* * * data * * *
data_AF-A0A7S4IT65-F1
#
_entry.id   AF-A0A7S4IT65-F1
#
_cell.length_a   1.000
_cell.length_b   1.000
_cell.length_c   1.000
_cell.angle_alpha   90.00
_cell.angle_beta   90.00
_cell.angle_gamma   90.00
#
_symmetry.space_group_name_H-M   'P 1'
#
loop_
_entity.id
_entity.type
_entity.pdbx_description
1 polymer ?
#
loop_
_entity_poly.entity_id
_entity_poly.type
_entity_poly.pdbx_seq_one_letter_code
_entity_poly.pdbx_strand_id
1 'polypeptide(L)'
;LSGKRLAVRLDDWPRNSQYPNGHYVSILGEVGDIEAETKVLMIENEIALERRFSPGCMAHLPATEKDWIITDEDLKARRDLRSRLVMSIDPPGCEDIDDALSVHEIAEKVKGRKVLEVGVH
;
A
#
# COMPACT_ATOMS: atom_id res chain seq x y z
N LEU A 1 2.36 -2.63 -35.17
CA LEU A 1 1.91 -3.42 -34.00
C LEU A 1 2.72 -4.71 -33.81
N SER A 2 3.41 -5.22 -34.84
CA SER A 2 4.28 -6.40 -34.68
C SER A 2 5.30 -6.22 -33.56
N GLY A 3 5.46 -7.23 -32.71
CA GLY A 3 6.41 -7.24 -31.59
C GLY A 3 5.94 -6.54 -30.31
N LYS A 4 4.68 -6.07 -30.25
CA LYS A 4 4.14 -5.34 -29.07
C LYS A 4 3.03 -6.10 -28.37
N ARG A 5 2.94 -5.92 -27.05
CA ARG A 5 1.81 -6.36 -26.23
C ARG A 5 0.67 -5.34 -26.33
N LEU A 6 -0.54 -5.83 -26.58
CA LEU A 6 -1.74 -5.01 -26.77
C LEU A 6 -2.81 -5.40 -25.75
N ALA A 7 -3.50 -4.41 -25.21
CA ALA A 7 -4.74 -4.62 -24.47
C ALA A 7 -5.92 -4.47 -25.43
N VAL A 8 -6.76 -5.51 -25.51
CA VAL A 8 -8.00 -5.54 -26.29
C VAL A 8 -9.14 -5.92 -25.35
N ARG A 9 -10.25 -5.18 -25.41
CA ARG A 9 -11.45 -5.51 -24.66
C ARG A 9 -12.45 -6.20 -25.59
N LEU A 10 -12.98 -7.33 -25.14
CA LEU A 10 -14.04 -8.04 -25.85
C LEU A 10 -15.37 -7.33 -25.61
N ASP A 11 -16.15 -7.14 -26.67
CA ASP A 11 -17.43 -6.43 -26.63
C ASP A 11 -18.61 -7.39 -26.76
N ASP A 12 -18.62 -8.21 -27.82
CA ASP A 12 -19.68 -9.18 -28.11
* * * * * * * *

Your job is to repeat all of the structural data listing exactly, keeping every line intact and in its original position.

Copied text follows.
data_AF-A0A7S4IT65-F1
#
_entry.id   AF-A0A7S4IT65-F1
#
_cell.length_a   1.000
_cell.length_b   1.000
_cell.length_c   1.000
_cell.angle_alpha   90.00
_cell.angle_beta   90.00
_cell.angle_gamma   90.00
#
_symmetry.space_group_name_H-M   'P 1'
#
loop_
_entity.id
_entity.type
_entity.pdbx_description
1 polymer ?
#
loop_
_entity_poly.entity_id
_entity_poly.type
_entity_poly.pdbx_seq_one_letter_code
_entity_poly.pdbx_strand_id
1 'polypeptide(L)'
;LSGKRLAVRLDDWPRNSQYPNGHYVSILGEVGDIEAETKVLMIENEIALERRFSPGCMAHLPATEKDWIITDEDLKARRDLRSRLVMSIDPPGCEDIDDALSVHEIAEKVKGRKVLEVGVH
;
A
#
# COMPACT_ATOMS: atom_id res chain seq x y z
N LEU A 1 2.36 -2.63 -35.17
CA LEU A 1 1.91 -3.42 -34.00
C LEU A 1 2.72 -4.71 -33.81
N SER A 2 3.41 -5.22 -34.84
CA SER A 2 4.28 -6.40 -34.68
C SER A 2 5.30 -6.22 -33.56
N GLY A 3 5.46 -7.23 -32.71
CA GLY A 3 6.41 -7.24 -31.59
C GLY A 3 5.94 -6.54 -30.31
N LYS A 4 4.68 -6.07 -30.25
CA LYS A 4 4.14 -5.34 -29.07
C LYS A 4 3.03 -6.10 -28.37
N ARG A 5 2.94 -5.92 -27.05
CA ARG A 5 1.81 -6.36 -26.23
C ARG A 5 0.67 -5.34 -26.33
N LEU A 6 -0.54 -5.83 -26.58
CA LEU A 6 -1.74 -5.01 -26.77
C LEU A 6 -2.81 -5.40 -25.75
N ALA A 7 -3.50 -4.41 -25.21
CA ALA A 7 -4.74 -4.62 -24.47
C ALA A 7 -5.92 -4.47 -25.43
N VAL A 8 -6.76 -5.51 -25.51
CA VAL A 8 -8.00 -5.54 -26.29
C VAL A 8 -9.14 -5.92 -25.35
N ARG A 9 -10.25 -5.18 -25.41
CA ARG A 9 -11.45 -5.51 -24.66
C ARG A 9 -12.45 -6.20 -25.59
N LEU A 10 -12.98 -7.33 -25.14
CA LEU A 10 -14.04 -8.04 -25.85
C LEU A 10 -15.37 -7.33 -25.61
N ASP A 11 -16.15 -7.14 -26.67
CA ASP A 11 -17.43 -6.43 -26.63
C ASP A 11 -18.61 -7.39 -26.76
N ASP A 12 -18.62 -8.21 -27.82
CA ASP A 12 -19.68 -9.18 -28.11